Congress agrees on Covid relief bill with $600 stimulus checks

Congress is set to pass one of the largest stimulus packages in the nation’s history, which will send much-needed aid to struggling families and small businesses across the country as the nation continues to grapple with the economic fallout of the coronavirus pandemic.

The nearly $1 trillion Covid-19 relief bill will include a second stimulus check of up to $600 for many Americans, an extra $300 in enhanced unemployment insurance for 11 weeks, the continuation of key jobless programs and funding for food and rental assistance, among other provisions, lawmakers announced Sunday night.

The deal comes after months of tense negotiations between Congressional Republicans and Democrats and just days before an estimated 12 million people were set to be cut off from jobless aid altogether. Many lawmakers acknowledged that the bill is not be enough to help all of the Americans who have suffered this year.

“Our economy is in a deep, deep, deep hole,” Sen. Chuck Schumer (D-NY) said on the Senate floor Sunday night. “A lot more needs to be done.”

The aid, including the unemployment benefits and stimulus checks, could take weeks to reach the people who desperately need it. It’s also too little, too late for many who have foregone typical holiday celebrations that they cannot afford this year.

Congress is expected to vote on the bill on Monday. Lawmakers are also still debating a second stimulus bill that includes liability protections for businesses and funding for states and local governments.

Here are some of the biggest provisions included in the new relief bill:

Unemployment insurance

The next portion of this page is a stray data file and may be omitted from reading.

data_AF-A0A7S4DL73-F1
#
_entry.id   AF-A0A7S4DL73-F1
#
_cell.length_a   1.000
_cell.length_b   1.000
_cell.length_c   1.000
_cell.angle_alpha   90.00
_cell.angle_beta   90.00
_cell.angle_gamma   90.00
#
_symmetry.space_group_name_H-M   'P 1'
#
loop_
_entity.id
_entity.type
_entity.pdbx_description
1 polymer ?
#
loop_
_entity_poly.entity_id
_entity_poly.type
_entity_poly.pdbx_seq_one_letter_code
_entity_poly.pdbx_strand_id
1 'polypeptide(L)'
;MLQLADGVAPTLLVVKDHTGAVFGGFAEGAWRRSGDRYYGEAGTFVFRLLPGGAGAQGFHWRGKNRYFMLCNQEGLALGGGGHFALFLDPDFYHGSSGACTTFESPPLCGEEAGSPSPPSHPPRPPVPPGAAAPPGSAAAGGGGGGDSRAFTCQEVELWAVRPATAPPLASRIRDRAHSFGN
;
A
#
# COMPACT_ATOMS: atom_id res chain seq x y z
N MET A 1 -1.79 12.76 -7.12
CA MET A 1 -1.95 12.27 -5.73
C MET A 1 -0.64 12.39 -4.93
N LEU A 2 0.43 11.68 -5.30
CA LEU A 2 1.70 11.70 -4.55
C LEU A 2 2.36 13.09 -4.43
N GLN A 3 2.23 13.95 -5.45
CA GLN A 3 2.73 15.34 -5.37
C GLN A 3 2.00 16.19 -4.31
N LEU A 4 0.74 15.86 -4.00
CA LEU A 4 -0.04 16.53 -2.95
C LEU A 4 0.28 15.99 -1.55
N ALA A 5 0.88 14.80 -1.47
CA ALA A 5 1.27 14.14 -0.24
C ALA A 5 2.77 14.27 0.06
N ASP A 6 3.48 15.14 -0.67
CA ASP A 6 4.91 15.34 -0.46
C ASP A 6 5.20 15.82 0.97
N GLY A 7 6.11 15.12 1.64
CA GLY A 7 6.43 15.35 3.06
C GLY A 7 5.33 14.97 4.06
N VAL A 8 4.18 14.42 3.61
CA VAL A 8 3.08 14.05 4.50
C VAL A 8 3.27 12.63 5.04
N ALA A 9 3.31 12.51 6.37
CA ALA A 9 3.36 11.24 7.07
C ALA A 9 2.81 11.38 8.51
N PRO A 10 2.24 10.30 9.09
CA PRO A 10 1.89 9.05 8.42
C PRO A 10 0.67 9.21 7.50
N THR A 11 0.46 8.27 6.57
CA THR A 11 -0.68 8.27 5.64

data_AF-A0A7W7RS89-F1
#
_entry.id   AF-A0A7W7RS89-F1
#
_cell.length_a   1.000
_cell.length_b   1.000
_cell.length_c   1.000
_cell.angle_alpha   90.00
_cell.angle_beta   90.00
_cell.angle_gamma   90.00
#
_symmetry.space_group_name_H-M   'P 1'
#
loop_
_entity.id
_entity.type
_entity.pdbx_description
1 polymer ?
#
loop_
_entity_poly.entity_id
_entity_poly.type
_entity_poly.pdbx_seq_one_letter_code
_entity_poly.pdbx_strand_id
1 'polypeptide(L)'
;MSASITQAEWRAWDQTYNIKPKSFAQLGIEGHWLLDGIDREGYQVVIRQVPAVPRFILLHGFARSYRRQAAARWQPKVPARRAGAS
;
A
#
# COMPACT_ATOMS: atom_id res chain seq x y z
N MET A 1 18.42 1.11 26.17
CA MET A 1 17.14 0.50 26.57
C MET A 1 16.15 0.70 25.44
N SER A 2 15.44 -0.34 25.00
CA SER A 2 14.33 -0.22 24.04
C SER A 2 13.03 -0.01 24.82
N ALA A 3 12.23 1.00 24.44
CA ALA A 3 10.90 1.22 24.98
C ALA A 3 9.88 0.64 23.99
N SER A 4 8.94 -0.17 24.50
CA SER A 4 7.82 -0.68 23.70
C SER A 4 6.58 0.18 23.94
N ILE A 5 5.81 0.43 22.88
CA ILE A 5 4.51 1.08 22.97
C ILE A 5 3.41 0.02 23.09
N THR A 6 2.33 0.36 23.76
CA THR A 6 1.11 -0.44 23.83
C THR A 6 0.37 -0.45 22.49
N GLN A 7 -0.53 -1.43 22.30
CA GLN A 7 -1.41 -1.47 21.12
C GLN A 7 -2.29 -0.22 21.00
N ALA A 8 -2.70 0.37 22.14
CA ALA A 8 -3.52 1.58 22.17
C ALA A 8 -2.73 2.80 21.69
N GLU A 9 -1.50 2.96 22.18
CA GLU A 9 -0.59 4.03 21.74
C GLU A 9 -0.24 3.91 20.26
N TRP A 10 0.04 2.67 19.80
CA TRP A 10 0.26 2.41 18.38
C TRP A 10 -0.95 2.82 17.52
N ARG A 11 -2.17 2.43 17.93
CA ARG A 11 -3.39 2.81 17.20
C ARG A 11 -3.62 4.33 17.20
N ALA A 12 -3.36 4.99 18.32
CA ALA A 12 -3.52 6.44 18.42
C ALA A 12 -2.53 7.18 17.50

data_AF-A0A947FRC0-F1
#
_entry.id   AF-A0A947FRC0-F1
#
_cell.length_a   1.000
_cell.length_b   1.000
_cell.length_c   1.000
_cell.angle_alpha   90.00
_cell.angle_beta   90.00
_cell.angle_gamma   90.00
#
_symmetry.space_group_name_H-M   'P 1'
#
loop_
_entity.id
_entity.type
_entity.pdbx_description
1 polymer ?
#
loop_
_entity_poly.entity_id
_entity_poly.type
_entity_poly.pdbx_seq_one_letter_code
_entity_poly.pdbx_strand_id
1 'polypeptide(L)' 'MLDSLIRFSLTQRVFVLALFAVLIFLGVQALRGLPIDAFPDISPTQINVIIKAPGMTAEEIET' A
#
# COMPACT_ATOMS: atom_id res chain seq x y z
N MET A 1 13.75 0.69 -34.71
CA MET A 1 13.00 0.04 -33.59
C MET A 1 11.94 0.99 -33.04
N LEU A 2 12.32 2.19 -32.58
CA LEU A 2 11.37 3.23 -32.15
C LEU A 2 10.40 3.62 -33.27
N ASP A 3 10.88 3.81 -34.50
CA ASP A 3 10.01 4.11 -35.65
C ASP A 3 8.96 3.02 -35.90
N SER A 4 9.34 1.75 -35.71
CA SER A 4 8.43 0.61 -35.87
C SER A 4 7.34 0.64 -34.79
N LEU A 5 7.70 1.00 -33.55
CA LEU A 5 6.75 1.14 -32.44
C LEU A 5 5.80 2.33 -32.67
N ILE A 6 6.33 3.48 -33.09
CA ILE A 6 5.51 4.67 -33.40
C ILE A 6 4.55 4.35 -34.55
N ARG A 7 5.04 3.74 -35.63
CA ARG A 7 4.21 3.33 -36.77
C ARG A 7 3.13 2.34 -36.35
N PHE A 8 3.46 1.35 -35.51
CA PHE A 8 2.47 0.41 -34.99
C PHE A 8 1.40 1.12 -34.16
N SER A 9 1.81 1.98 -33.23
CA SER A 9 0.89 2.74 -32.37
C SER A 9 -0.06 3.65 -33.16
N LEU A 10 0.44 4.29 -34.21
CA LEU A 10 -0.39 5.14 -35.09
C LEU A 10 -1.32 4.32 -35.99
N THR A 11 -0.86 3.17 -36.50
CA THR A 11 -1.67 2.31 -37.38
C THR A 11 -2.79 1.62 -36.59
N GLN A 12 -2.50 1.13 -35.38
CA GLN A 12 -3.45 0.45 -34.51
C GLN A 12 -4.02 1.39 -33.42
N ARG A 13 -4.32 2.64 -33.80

Small business loans

The bill also includes $248 billion for another round of Paycheck Protection Program loans for small businesses, $12 billion of which is earmarked for minority-owned businesses and $15 billion of which will go to live venues, independent movie theaters and cultural institutions.

It also expands PPP eligibility to include nonprofits and local newspapers, TV and radio broadcasters.

Stimulus checks

Rental relief

The bill provides $25 billion in rental relief, which can be used for future rent and utility payments as well as for any back rent owed or utility bills that have not been paid since the beginning of the pandemic. It also extends the nationwide eviction moratorium through January 31, 2021.

“It’s not enough, but it’s urgently and desperately needed,” says Diane Yentel, president and CEO of the National Low Income Housing Coalition (NLIHC), noting that low-income renters currently owe an estimated $30 to $70 billion in back rent.

Yentel hopes President-elect Joe Biden will make more emergency rental assistance a priority when he takes office in January. The aid in the bill is “postponing, not preventing evictions,” says Yentel. “Rent is still due, and renters are still accruing more debt than they can possibly pay off in their lifetimes.”

Food assistance

What’s not included in the bill

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